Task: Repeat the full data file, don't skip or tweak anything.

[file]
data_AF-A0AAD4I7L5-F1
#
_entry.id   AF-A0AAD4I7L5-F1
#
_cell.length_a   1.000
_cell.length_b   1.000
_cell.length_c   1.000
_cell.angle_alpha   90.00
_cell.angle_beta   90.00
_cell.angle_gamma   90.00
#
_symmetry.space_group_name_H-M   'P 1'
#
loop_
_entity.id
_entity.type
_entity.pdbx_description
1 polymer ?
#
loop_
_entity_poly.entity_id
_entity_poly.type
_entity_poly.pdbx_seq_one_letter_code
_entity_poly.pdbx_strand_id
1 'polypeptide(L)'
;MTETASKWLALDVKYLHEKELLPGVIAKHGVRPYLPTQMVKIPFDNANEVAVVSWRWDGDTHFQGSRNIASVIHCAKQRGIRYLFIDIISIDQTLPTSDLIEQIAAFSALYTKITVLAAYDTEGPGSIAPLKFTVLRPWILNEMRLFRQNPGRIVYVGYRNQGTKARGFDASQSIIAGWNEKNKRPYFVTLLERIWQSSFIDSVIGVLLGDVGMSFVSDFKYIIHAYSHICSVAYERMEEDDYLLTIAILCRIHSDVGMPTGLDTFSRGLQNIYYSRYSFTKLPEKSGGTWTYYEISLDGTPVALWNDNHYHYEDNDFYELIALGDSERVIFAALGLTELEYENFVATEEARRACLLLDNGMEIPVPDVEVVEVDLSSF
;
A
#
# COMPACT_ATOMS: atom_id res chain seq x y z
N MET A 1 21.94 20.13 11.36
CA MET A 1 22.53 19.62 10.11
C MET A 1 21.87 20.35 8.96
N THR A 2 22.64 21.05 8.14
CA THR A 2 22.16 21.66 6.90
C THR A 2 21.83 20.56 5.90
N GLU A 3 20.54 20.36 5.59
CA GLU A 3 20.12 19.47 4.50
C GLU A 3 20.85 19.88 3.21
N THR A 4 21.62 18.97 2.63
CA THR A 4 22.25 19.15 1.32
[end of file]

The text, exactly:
data_AF-A0AAD4I7L5-F1
#
_entry.id   AF-A0AAD4I7L5-F1
#
_cell.length_a   1.000
_cell.length_b   1.000
_cell.length_c   1.000
_cell.angle_alpha   90.00
_cell.angle_beta   90.00
_cell.angle_gamma   90.00
#
_symmetry.space_group_name_H-M   'P 1'
#
loop_
_entity.id
_entity.type
_entity.pdbx_description
1 polymer ?
#
loop_
_entity_poly.entity_id
_entity_poly.type
_entity_poly.pdbx_seq_one_letter_code
_entity_poly.pdbx_strand_id
1 'polypeptide(L)'
;MTETASKWLALDVKYLHEKELLPGVIAKHGVRPYLPTQMVKIPFDNANEVAVVSWRWDGDTHFQGSRNIASVIHCAKQRGIRYLFIDIISIDQTLPTSDLIEQIAAFSALYTKITVLAAYDTEGPGSIAPLKFTVLRPWILNEMRLFRQNPGRIVYVGYRNQGTKARGFDASQSIIAGWNEKNKRPYFVTLLERIWQSSFIDSVIGVLLGDVGMSFVSDFKYIIHAYSHICSVAYERMEEDDYLLTIAILCRIHSDVGMPTGLDTFSRGLQNIYYSRYSFTKLPEKSGGTWTYYEISLDGTPVALWNDNHYHYEDNDFYELIALGDSERVIFAALGLTELEYENFVATEEARRACLLLDNGMEIPVPDVEVVEVDLSSF
;
A
#
# COMPACT_ATOMS: atom_id res chain seq x y z
N MET A 1 21.94 20.13 11.36
CA MET A 1 22.53 19.62 10.11
C MET A 1 21.87 20.35 8.96
N THR A 2 22.64 21.05 8.14
CA THR A 2 22.16 21.66 6.90
C THR A 2 21.83 20.56 5.90
N GLU A 3 20.54 20.36 5.59
CA GLU A 3 20.12 19.47 4.50
C GLU A 3 20.85 19.88 3.21
N THR A 4 21.62 18.97 2.63
CA THR A 4 22.25 19.15 1.32